And the award for the best economics book goes to Thomas Sowell for Basic Economics

I had extremely high expectations before I began reading this book.  This is the third book of his I’ve read, along with a great many articles.  Basic Economics greatly surpassed my lofty expectations.  It is both extremely informative and highly entertaining.  Each and every page is full of knowledge demonstrating how free market capitalism is far superior to any other economic philosophy.

Thomas Sowell is so much more to me than just a favorite author.  Through all of his works that I’ve read he became a mentor and favorite professor.  He is one of the authors most responsible for my transformation from a left-winger who believed in Socialism into a libertarian who is very much a free market warrior. When I’m looking for quotes for articles he is one of the individuals I turn to first.   

This book is very fair and balanced.  It presents all sides.  Through numerous examples from across the globe and very much insightful explanation Sowell proves with out a doubt that free market capitalism is far superior to all other forms of economics.  This is so because all other forms involve government intervention and any government intervention leads to disastrous results.

Economics is one of my favorite topics of study.  I’ve consumed a great many books on the subject including Capitalism and Freedom by Milton Friedman, Wealth of Nations by Adam Smith, several books by Ludwig von Mises, and two books by F. A. Hayek.  I still found plenty of new information in Basic Economics.  All of the information I already knew was presented in such a manner that I was never bored and very frequently entertained. 

This great work should be read by everyone elected into office in the United States, especially those elected to serve in the United States Senate and House of Representatives.  All those running for president in 2020 should read it.  Sadly that will not happen even though it is very much needed by those running on the Democratic side.  Basic Economics should most definitely be required reading on all college campuses instead of the numerous books praising socialism that make up so much of today’s curriculum.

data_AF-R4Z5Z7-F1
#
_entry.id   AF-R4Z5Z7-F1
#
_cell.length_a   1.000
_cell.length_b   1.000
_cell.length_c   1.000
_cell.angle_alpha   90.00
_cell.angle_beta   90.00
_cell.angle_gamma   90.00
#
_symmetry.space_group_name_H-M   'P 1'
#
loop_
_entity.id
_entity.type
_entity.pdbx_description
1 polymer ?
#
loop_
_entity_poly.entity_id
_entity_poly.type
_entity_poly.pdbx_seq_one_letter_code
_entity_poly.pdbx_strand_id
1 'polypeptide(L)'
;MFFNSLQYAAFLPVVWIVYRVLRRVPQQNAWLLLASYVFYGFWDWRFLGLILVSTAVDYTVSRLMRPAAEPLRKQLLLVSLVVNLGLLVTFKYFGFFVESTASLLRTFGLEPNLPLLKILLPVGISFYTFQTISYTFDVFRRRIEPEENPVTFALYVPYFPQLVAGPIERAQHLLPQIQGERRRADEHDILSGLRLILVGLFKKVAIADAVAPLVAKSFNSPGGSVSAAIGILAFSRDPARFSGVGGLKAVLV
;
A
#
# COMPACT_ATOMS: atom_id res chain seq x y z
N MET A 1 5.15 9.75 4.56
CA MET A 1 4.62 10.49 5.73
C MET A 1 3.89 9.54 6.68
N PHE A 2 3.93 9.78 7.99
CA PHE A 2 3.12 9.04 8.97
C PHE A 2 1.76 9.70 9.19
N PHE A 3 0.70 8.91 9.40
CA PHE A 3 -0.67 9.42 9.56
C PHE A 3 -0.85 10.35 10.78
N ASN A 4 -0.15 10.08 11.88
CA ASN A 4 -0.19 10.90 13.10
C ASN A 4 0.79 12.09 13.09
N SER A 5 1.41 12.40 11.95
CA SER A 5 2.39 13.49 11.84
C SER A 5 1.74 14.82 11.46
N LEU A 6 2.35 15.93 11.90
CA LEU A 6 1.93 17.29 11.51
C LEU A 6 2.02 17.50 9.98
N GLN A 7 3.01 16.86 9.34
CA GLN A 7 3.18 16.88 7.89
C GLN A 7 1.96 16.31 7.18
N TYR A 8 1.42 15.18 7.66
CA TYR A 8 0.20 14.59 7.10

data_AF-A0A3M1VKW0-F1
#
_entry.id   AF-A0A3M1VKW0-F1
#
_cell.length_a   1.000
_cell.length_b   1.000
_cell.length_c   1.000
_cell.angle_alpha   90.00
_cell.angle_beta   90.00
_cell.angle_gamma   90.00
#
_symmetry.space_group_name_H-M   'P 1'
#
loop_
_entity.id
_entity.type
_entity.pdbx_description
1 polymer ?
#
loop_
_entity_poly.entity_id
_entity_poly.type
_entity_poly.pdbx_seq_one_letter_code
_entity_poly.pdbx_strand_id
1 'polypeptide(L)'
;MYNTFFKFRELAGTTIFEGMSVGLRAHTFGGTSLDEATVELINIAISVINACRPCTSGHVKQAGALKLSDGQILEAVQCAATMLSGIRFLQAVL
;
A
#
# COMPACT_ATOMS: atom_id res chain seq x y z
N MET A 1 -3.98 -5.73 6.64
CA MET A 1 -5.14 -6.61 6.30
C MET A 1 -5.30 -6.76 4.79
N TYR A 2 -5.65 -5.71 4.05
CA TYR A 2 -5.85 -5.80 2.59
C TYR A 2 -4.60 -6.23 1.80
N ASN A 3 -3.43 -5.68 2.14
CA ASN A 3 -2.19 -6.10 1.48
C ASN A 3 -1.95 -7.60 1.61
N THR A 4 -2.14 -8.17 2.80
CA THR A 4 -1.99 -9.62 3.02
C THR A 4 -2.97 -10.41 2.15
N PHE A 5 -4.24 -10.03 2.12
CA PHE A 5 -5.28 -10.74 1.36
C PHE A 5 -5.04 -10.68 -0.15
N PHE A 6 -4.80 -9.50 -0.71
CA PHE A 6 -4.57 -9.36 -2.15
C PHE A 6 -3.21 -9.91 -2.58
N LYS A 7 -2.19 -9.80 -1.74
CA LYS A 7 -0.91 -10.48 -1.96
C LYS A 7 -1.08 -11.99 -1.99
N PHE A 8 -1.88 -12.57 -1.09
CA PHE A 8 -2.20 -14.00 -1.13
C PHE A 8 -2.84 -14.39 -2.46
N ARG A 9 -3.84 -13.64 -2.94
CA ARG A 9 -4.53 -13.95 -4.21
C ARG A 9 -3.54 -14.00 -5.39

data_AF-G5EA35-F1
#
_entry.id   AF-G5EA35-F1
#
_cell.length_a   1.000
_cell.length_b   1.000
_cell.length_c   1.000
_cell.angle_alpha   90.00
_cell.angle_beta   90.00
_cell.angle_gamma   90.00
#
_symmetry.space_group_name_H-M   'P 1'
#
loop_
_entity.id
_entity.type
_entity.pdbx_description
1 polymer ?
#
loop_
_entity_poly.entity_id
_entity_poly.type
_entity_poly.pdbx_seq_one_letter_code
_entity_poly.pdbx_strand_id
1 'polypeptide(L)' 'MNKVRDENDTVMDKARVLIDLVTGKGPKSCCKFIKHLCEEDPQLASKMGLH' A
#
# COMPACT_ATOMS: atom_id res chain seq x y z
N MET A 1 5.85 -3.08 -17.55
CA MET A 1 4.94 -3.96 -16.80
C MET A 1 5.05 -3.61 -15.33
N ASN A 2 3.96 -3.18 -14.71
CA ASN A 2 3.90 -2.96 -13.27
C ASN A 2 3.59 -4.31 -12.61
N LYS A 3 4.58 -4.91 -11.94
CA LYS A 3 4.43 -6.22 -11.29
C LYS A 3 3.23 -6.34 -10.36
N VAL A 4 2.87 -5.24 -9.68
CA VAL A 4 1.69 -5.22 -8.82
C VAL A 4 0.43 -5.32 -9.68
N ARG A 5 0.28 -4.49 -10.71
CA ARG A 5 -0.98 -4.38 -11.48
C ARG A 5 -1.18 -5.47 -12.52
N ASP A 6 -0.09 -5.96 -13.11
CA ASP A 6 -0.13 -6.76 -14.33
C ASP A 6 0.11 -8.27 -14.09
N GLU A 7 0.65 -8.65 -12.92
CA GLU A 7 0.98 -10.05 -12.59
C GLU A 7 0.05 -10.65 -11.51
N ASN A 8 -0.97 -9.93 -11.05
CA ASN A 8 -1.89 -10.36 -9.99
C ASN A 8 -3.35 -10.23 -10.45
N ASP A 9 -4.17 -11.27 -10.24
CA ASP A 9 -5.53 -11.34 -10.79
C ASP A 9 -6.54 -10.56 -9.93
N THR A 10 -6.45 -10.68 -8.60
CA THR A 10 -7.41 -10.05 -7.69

Here are some quotes, just as a small sample to demonstrate how great this particular book really is.  Every page is full of similar quotes.

From chapter 1:

Economics is not simply a topic on which to express opinions or vent emotions. It is a systematic study of what happens when you do specific things in specific ways. In economic analysis, the methods used by a Marxist economist like Oskar Lange did not differ in any fundamental way from the methods used by a conservative economist like Milton Friedman. It is these basic economic principles that this book is about.

From chapter 2:

There is perhaps no more basic or more obvious principle of economics than the fact that people tend to buy more at a lower price and less at a higher price. By the same token, people who produce goods or supply services tend to supply more at a higher price and less at a lower price. Yet the implications of these two simple principles, singly or in combination, cover a remarkable range of economic activities and issues— and contradict an equally remarkable range of misconceptions and fallacies.

From chapter 3:

Simple as basic economic principles may be, their ramifications can be quite complex, as we have seen with the various effects of rent control laws and agricultural price support laws. However, even this basic level of economics is seldom understood by the public, which often demands political “solutions” that turn out to make matters worse. Nor is this a new phenomenon of modern times in democratic countries.

And finally from chapter 4. (There are 27 chapters in the book)

Just as a poetic discussion of the weather is not meteorology, so an issuance of moral pronouncements or political creeds about the economy is not economics. Economics is a study of cause-and-effect relationships in an economy. Its purpose is to discern the consequences of various ways of allocating scarce resources which have alternative uses. It has nothing to say about social philosophy or moral values, any more than it has anything to say about humor or anger.

***The quotes are copied from the Basic Economics Wikiquotes page because I’m a poor typist.  There are many more quotes from the book on that page.